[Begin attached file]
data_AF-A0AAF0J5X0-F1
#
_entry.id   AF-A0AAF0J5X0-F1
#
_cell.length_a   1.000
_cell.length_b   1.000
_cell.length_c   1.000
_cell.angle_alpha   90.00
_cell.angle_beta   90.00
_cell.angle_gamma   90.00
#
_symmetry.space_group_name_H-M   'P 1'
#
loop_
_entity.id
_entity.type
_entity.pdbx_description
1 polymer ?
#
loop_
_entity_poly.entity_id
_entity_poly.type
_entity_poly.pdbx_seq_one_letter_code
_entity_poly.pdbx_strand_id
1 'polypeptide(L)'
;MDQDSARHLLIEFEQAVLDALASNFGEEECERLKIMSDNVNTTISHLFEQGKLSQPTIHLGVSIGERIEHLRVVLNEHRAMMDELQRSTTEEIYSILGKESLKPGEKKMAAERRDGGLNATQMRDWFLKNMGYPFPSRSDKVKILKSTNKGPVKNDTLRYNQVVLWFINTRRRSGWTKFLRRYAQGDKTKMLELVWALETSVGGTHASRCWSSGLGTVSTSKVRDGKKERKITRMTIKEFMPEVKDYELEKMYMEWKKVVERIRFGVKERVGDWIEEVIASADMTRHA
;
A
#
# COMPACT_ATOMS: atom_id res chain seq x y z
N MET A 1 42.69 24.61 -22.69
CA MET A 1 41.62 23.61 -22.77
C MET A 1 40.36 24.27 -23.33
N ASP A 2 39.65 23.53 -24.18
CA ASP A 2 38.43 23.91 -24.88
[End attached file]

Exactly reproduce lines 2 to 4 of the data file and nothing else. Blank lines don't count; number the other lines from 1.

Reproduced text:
#
_entry.id   AF-A0AAF0J5X0-F1
#